The One Belt, One Road initiative appears as one of Xi Jinpings foreign and economic policy. The initiative aims at reviving trade across Eurasia by connecting three continents and countries such as Malaysia, Indonesia, and Russia. The project focuses on stimulating Chinas economic growth as well as establishing close connections for Beijing and peripheral areas. The Silk Road appears to enhance common security for all major players by promoting trust, and strengthening political and social ties. Notably, there are current factors and trends that influence the One Belt, One Road initiative.
First, the US is particularly opposed to the Asian Infrastructure Investment Bank (AIIB). The failure by the US to back the AIIB is a major limiting factor, as China views it as a mistrust of the current regime. Moreover, Japan appears reluctant to support Chinas bid, which is an inhibiting factor for the latter country. Nevertheless, many countries in the West have assured China of support and have applied for AIIB membership.
Second, a section of scholars argue that One Belt, One Road (OBOR) is likely to strike geopolitical tension in the area. In particular, they argue that OBOR will create a similar scenario as the one that was experienced near the end of the 19th century in Europe. It involved various large nations that strived to show their military and industrial dominance. As a matter of fact, the project connects both maritime and land power, which proponents demonstrate that it will bolster the countrys oceanic hegemony within the Asian continent.
Third, Chinas strategic interests are at the centre of the OBOR. For instance, the initiative aims at increasing Beijings influence on the continent, and among the participants. Although it promises to reinforce trade routes, the US currently maintains that OBOR is a Chinese strategy to subdue other nations that may restrain its economic policies. Notably, the current trend indicates that Chinas investments inhibit host nations from dislodging from it unless by violating global economic policies, which in-turn leads to major consequences. For instance, the large capital outlay in Sri-Lanka by the Chinese altered the political scene of the former nation because the current regime proposed the need to support India. Fourth, the need to comply with the global environmental standards is one of the main factors that the latest meeting concerning the project focused on. Moreover, it is unclear whether the economic prospects of OBOR will be achieved.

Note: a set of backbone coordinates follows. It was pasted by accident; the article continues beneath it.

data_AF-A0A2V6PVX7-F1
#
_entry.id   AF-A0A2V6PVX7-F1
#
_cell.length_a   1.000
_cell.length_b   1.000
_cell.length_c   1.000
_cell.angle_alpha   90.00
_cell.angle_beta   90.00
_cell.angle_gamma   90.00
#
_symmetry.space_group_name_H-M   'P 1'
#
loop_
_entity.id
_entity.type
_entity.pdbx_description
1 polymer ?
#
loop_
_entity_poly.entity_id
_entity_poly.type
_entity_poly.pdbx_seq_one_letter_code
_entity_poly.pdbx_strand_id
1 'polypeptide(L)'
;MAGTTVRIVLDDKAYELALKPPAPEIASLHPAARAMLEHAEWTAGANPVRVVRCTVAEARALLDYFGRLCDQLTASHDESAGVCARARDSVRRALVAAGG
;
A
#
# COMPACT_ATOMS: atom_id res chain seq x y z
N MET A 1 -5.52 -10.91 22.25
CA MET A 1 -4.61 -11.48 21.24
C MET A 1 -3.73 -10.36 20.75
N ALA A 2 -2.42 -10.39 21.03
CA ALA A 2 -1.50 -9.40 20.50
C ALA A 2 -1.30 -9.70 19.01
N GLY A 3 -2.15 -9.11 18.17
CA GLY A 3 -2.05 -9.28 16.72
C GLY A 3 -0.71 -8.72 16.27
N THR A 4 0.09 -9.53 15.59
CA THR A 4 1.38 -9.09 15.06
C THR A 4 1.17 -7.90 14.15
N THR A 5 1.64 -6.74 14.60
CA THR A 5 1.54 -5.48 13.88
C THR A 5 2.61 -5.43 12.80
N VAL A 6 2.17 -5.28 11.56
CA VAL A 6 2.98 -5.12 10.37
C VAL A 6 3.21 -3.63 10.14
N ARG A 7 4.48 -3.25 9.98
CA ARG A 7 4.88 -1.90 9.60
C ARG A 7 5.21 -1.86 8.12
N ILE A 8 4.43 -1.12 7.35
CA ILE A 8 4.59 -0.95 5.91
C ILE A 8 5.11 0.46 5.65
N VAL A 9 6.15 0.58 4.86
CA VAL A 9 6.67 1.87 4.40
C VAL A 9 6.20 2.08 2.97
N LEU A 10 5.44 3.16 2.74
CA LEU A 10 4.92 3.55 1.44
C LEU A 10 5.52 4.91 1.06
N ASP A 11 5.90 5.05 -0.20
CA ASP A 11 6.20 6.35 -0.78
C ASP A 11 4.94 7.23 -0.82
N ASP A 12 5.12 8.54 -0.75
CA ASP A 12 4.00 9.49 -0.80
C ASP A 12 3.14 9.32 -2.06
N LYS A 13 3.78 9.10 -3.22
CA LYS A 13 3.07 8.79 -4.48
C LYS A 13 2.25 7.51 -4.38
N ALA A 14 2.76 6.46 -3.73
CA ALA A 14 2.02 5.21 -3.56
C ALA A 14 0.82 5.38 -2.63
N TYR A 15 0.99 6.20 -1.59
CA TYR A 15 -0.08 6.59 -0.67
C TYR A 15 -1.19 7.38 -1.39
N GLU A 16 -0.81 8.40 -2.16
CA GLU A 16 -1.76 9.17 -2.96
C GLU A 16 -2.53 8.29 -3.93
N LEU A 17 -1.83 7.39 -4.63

Chinas strategic infrastructure should involve stakeholders from various parts of the world. For instance, national and international leaders should collaborate with leaders from other super powers such as the US and Russia. Moreover, there is a need to streamline Chinas foreign policy to maintain the balance of trade. In particular, the country may plunge into a debt crisis because a large portion of the funds is borrowed. Moreover, the local leaders should convince other states that the Silk Road is not a geo-economic approach that intends to change the Asian centre of commerce. More importantly, Asian leaders should seek expert information from financial advisors to ensure that the total cost of the project does not outweigh the benefits. With the aim of ensuring a prosperous future, world leaders should apply evidence-based results to ensure that the project does not lead to harmful environmental impacts. Most importantly, it would be prudent for international leaders to ensure that Chinas strategy does not exert dominance over minority nations and that it does not create geopolitical tensions; thus, promote peaceful and prosperous future.
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